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Global psychiatry, ‘shenjing shuairuo’ and cultural understandings of depressive disorders in China

A section of the DSM-V (Diagnostic and Statistical Manual of Mental Disorders V), the principal authority for psychiatric diagnosis, lists various “cultural concepts of distress”: among these is shenjing shuairuo, a depressive-like syndrome linked to Chinesecommunities and explained primarily as an imbalance of Qi (vital energy). Shenjin shuairuo is described as “a cultural syndrome that integrates conceptual categories of traditional Chinese medicine with the Western diagnosis of neurasthenia”. Unlike Western understandings of depression that are rooted in the mind and in brain biochemistry, shenjing shuairuo literally translates from Chinese to “weakness of the nervous system”. It is constituted through somatic symptoms such as insomnia, weakness, tiredness and dizziness, alongside mental irritability and distress typical of other disorders such as Major Depressive Disorder.

The history of shenjing shuairuo illustrates how, over the 1900s, notions of mental illness in China integrated Western and traditional elements whilst also remaining distinct from Western psychiatry. Up to the 1970s, mental illness as understood by the West was rare in China. However, as modern “Americanised” psychiatry became globalised, Western understandings of depression, anorexia and other disorders took hold. At the same time, patients’ presentation of mental diseases themselves began to mimic American symptomatology – primarily in urban and globalised locations such as Hong Kong.

Several factors have helped change cultural notions of mental illness in China. These include market forces of American pharmacopsychiatry; increasing economic development, urbanisation and globalisation; and changes in drug advertisement and prescription practices. Nowadays, traditional and somatised notions of mental illness in China coexist with biomedical Western understandings of psychiatry.

The pharmaceutical sector and its associated activities – namely drug advertisement, prescription and even the publication of the DSM itself – have been important in shaping social notions of mental illness. Medical practitioners communicating with and treating patients can quietly shape how people understand depression, for example, and its associated medications. The same goes for broader advertisement practices in newspapers and new media. It is not without reason that the global pharmaceutical industry spends far more on marketing (targeting both physicians and consumers) than on Research & Development. Payton and Thoits write that the advertisement of psychiatric drugs has successfully constructed experiences like that of depression as a biomedical phenomenon to be treated through medication. Hence, an understanding of how psychiatric drugs have been developed and marketed in China is important to track shifts in mental illness concepts over time.

The history of neurasthenia, depression and shenjin shuairuo in China

One of the earliest concepts of mental illness in China was that of shenjin shuairuo, often referred to in the West as neurasthenia. The term “neurasthenia” was coined in America in 1869 to refer to an exhaustion of the nervous system; it was introduced in China in the early 1900s, translated as shengjin shuairuo and integrated into the logic of Traditional Chinese Medicine. As Lee (1994) explains:

“Shen is emblematic of vitality, the capacity of the mind to form ideas, and the desire of the personality to live life. Jing originally refers to the meridians or channels which carry qi (“vital energy”) and xue (“blood”) through the body. Conceptually, shen and jing are treated by Chinese people as one term (shenjing) that means “nerve” or “nervous system.” When shenjing becomes shuai (degenerate) and ruo (weak) following undue nervous excitement, a variety of psychic and somatic symptoms may reasonably ensue.”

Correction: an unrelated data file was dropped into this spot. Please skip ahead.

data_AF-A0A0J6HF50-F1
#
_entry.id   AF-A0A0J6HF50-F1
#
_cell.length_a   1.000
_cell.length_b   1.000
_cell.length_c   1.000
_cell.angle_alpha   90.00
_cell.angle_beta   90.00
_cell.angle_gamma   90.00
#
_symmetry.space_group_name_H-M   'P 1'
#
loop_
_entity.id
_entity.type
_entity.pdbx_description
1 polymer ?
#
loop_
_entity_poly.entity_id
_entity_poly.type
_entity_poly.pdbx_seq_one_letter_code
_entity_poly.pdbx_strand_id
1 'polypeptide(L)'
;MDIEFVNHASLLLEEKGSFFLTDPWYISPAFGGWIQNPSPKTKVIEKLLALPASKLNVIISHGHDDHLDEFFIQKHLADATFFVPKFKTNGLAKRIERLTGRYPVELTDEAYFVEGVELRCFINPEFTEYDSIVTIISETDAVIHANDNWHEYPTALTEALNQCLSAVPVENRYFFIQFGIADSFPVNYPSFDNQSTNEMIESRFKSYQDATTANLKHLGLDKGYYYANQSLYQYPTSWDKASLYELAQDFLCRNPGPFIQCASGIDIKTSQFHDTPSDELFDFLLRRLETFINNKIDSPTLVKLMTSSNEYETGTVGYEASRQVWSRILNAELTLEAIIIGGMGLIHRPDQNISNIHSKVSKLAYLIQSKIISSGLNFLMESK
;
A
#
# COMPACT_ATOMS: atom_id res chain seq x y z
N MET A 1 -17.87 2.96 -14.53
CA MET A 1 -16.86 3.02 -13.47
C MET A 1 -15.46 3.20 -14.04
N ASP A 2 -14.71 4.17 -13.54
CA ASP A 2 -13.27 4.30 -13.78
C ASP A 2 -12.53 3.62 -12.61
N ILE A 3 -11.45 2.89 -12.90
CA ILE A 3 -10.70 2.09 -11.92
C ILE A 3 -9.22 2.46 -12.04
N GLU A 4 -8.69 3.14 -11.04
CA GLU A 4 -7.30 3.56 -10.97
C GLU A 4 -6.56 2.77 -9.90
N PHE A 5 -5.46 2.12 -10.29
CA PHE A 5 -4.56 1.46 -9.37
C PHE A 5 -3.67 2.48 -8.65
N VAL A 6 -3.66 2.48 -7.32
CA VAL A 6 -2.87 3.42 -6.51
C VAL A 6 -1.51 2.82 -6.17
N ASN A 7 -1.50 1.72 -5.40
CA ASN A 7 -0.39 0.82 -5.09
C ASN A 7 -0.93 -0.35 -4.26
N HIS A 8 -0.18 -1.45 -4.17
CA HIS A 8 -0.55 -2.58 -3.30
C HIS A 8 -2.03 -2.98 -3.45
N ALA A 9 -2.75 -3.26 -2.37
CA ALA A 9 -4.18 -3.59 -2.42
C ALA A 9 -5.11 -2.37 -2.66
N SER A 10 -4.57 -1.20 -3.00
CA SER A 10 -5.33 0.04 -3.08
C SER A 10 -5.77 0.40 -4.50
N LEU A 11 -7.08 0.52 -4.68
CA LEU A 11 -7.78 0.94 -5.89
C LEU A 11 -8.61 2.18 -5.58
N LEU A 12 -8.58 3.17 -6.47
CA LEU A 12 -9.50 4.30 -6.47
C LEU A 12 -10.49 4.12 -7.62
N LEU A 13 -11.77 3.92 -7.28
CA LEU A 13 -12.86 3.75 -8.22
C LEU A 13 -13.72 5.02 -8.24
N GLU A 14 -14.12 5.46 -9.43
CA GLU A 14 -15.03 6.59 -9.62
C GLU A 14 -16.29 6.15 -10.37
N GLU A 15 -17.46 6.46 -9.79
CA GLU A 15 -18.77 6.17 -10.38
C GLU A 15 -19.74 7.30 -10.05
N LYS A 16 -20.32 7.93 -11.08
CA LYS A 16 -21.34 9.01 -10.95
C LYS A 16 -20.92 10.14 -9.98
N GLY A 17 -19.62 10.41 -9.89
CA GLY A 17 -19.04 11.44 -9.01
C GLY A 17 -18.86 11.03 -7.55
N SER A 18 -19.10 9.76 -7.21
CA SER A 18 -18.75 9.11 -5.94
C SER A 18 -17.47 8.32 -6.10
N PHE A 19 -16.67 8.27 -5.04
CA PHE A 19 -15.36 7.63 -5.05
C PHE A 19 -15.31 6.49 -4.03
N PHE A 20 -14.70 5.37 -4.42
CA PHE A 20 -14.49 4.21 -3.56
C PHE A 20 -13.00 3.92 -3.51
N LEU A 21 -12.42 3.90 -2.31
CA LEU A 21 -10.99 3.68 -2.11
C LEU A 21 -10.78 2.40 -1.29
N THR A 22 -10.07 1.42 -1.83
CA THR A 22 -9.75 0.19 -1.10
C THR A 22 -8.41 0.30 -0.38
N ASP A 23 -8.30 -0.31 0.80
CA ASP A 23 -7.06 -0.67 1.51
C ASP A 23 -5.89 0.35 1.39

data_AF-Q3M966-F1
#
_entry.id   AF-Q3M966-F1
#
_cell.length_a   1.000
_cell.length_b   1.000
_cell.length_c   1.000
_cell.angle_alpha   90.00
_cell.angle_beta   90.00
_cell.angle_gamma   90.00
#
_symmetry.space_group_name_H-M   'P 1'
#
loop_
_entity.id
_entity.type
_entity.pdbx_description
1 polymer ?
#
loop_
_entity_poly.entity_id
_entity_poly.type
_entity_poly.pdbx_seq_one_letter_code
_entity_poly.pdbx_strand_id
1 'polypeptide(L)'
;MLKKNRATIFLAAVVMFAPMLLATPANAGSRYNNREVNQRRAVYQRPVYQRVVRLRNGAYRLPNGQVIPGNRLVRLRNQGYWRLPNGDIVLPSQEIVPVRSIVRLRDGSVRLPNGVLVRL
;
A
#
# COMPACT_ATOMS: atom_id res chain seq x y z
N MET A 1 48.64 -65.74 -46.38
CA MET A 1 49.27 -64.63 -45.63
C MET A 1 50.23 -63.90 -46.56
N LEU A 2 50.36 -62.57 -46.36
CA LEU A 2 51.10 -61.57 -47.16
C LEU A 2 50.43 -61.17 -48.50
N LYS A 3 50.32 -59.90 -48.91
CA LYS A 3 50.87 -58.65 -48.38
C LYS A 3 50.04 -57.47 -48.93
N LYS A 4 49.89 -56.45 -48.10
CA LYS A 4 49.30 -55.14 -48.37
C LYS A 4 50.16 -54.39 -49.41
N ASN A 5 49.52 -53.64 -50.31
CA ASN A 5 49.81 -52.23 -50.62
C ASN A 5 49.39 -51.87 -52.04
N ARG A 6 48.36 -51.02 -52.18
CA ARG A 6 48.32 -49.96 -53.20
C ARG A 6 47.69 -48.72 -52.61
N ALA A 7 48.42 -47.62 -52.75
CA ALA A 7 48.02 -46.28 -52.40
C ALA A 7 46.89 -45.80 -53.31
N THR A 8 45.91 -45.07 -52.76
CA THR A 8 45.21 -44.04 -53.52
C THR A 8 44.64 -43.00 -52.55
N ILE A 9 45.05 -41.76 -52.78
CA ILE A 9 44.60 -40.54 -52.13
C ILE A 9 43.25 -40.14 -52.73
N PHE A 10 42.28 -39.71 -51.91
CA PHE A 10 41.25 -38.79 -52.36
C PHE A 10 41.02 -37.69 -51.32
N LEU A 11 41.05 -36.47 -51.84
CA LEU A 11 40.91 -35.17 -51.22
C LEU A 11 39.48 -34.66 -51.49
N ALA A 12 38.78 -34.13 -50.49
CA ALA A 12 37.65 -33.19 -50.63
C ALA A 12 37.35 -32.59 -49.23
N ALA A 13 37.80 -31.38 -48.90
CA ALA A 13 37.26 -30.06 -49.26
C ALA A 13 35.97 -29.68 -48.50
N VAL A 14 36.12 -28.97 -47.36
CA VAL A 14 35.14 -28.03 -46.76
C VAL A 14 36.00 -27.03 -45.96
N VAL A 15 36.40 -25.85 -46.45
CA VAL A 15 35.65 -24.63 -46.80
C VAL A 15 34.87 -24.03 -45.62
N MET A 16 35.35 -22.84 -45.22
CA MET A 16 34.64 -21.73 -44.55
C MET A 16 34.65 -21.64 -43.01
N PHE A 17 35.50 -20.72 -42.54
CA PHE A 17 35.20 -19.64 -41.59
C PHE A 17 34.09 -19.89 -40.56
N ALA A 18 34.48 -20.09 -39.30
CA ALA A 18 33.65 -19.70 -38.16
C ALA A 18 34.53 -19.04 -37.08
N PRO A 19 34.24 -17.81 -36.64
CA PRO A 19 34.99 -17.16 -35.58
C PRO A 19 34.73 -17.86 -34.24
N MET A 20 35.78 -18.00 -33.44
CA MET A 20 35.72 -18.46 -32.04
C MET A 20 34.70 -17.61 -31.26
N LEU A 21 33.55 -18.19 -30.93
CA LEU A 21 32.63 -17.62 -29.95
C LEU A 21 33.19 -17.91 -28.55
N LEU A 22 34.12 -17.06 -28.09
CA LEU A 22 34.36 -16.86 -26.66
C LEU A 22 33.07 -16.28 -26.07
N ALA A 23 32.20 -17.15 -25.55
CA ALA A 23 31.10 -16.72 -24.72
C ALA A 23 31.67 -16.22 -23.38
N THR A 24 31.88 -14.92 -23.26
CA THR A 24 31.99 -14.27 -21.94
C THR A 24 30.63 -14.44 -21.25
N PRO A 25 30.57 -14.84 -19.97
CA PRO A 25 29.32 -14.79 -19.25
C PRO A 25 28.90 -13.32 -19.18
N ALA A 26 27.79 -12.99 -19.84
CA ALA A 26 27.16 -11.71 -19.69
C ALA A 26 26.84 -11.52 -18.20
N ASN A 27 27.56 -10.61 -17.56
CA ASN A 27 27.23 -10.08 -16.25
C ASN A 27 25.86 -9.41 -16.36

This Sinicised notion of psychiatric illness went hand-in-hand with the sale of pharmaceuticals to address it, Chinese and Western alike. Already in 1911, advertisements for zhongjiang tang – a Chinese-manufactured drug for “melancholia” – appeared in newspapers. Western-manufactured drugs also started appearing in the Chinese market in the 1920’s, and texts from Japanese psychiatrists were translated into Chinese around the same time. Indeed, Japan had already begun integrating some Western notions of depression into its East Asian cosmology, thus providing a model for China to do the same. Constructions of depression in China increasingly took on a hybrid form that integrated the role of Qi imbalances, nervous system malfunctions and brain malfunctions.

Fang Huichun Chinese Pharmacy in Hangzhou - Avel-breizh

Beyond integrating Western and Traditional Chinese understandings of depression, the diagnosis of shenjin shuairuo also reflected specific social functions of mental illness in China. Studying the ‘cultural life’ of shenjin shuairuo, Arthur Kleinman found that it served as a social protective factor in Communist China. In general, bodily complaints have more accepted in China than displays of emotional distress. Yet in the Mao era, showing depressive symptoms such as social withdrawal was also ideologically unacceptable as this would indicate “a lack of faith in the revolution”. However, shenjin shuairuo was often somatised: its primary symptoms included pain, insomnia, dizziness and weakness, making it a socially-sanctioned form of mental illness. For this reason among others, shenjin shuairup became the primary non-psychotic diagnosis in 1960s to 1980s China: in 1986, Kleinman found that during a one-week period at a clinic in Hunan, 30% of patients were diagnosed at neurasthenic whereas only 1% were diagnosed as depressed.

From the 1980s, however, diagnoses of shenjin shuairuo in China declined significantly in favour of today’s better-known diagnoses of schizophrenia, depression and anxiety. Deng Xiaoping’s post-Mao open-door policy had introduced international standards of medicine to China. The popularity of American psychiatry and the 1980 publication of the DSM-III had great influence because the scientific perspective of Western psychiatry fit with contemporary narratives of modernisation and “scientism”. Significantly, the DSM-III did not include the diagnosis of shenjin shuairuo. Patients who would have previously been diagnosed with this affliction were re-categorised using Western labels for depressive disorders. This signalled a shift toward universalism and commercialism in mental illness diagnosis; global pharmaceutical companies began seeing the Chinese market as an opportunity.

The rise of “depression” and antidepressants in China